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Friday, June 07, 2019

Grahame Grieve Points Out Just How Hard Interoperability Can Be. There Are myHR Implications I Believe!

This appeared a day or so ago following up on a blog post a week or so back:

Healthcare Interoperability Is Insanely Complex – That’s Why It’s Not Like an ATM Machine

May 30, 2019
A couple of articles recently came across my virtual desk that really caused me to pause and think about healthcare interoperability. I’ve long known about many of the challenges of healthcare interoperability. I’ve often said that healthcare interoperability was not a technical problem, but a business problem. However, after reading these two takes on healthcare interoperability, I’d also add that it’s an insanely complex problem. Hopefully, I can illustrate it for those of you who are frustrated that the healthcare interoperability problem isn’t “just solved already.”
The first article comes from Grahame Grieve on is Health Intersections blog. If you’ve been in the healthcare interoperability space, then you certainly know about Grahame. He’s the project lead and product director for the FHIR and HL7 standard. That should be about all you need to know about how deep he is into the weeds of healthcare interoperability, but I’ll add that he’s a really smart guy that truly wants to make healthcare interoperability possible.
This can be seen in his blog post “Hard #FHIR Safety Problem: Synchronization.” If you’re a health IT nerd like me, you’re going to want to read the whole post to really understand the complexity associated with a small slice of the healthcare interoperability challenge: synchronization. For those, that don’t want to read it, here’s his opening description of the problem:
It’s a common thing for implementers to want to do with FHIR: connect to a FHIR server, and make a local copy of the information provided by the server, and then check back occasionally with the server for updates – that is, new resources, or changes to existing resources. (In fact, it might be argued that this is the thing that FHIR is for, based on actual usage).
This simple sounding intention turns out to be very difficult to get right, for all sorts of really important reasons. And that’s a real problem.
Grahame then goes on to outline all of the reasons that a list of medications (and as he mentions, this could apply to a wide variety of data) that’s pulled using a FHIR API can get out of sync when stored on an external system. We don’t need to explain why an out of sync medication list is a problem. That should be clear. However, Grahame very adeptly illustrates how easy it is for a medication list pulled using FHIR can get out of sync. If a medication list isn’t synced properly, then doctors won’t trust it. If they don’t trust it, then the extra data isn’t nearly as useful.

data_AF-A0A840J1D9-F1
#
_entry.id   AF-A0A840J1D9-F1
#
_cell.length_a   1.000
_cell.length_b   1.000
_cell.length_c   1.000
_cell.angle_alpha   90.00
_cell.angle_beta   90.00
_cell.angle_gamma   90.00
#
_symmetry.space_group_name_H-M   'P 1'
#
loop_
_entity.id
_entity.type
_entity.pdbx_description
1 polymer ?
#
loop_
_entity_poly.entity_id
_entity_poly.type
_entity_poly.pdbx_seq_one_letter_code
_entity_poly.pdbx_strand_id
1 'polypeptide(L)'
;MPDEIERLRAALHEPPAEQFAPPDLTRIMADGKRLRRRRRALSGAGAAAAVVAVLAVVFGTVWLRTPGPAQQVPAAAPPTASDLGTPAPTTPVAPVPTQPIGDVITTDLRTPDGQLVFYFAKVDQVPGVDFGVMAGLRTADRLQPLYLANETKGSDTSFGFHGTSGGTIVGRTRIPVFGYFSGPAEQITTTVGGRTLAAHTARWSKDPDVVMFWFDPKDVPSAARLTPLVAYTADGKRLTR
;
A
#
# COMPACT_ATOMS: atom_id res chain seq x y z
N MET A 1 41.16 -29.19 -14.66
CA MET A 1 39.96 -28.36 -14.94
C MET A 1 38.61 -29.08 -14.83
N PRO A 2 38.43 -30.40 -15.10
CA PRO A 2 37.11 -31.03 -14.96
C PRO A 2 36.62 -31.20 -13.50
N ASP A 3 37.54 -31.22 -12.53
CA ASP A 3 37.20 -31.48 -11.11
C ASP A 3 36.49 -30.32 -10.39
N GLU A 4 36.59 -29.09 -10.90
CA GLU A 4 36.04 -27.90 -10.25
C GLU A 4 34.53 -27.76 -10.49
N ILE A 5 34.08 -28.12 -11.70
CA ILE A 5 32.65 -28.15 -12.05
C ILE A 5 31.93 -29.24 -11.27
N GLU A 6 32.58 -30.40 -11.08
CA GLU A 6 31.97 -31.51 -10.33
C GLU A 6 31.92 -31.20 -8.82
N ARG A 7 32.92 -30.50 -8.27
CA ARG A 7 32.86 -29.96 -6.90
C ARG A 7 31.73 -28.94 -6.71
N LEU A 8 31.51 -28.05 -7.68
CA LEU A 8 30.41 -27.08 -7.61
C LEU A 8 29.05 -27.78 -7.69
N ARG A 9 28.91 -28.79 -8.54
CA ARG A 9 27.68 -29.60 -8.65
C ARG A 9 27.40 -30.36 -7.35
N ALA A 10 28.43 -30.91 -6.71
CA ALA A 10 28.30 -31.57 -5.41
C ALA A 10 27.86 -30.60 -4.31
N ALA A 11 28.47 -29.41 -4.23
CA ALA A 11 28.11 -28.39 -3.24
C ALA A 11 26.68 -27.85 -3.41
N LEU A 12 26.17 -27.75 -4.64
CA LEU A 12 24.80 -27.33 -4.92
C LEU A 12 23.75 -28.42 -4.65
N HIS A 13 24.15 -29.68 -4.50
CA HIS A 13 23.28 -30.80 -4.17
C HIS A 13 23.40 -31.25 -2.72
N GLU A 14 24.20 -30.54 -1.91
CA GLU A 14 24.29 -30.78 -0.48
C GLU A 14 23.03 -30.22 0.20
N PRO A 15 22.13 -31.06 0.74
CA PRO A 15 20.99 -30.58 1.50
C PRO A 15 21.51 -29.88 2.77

The thing that stood out for me in Grahame’s description of the challenge of health data synchronization is how there’s no clear solution to the problem. In some cases, it’s just a really complex situation. In other cases, it’s a poorly implemented system that retrieves the data and synchronizes the data improperly. This is the easiest case because you can fix it. The most challenging case to me is when many source record systems have implemented something poorly. There’s very little a retrieving system can do to fix something if the source system is giving you data that follows poor practices.
More here:
(The original blog is linked in the text)
This is an interesting blog as we reflect upon the news reported last Sunday (2/6/2019) of the plans to have 3 different medication lists in the myHR!
We are setting ourselves up for a major fail I believe. I wonder what Grahame thinks of this plan in terms of currency, reliability and patient safety?
David.

3 comments:

Anonymous said...

Depends on what you want I guess, Bettina and head of interoperability efforts at ADHA seems clear that real progress has been made in this space and the light at the end of the tunnel is bright. Perhaps these two experts and thought-leaders could come together and work through the obvious differences

Grahame Grieve said...

well, what do I think:

* getting to a single curated medication list has long been a priority for anyone who does a review of the system. And is an absolute wishlist item for me as a patient
* I've seen estimates for the amount of money it would save (e.g. Royal review). I have no idea how you could estimate something like that - changes to ecosystems that require sweeping behaviour change could affect cost outcomes in all sorts of unexpected ways
* I haven't seen any cost estimates - but they should be easier. my cost estimate for maintaining a curated list (that I did on the back of envelope, which makes it accurate) exceeded the Royal review's claim of money saved by quite a lot
* the information mgmt problems - such as referred to in that blog post I did - are dwarfed by the clinical process problems around accountability for recording proposed and accepted (?) changes carefully
* and then there's the hard problem of inpatient medication management vs outpatient OTC medications (and that of long lasting things done as an inpatient that are important but outside the classic medication framework - are they in scope?)

So: lots of big challenges, and no one could think otherwise... but how can we not chip away at the problem? (Let's not permutate our risks.... we have to try small things)

T.38 said...

@3:15 I have knowledge of quite a few bits of anatomy at ADHA but can’t say I have found a head. Who is this appendage you speak of?

Nice effort Grahame keep nudging them along, one fix at a time and they’ll keep coming back for more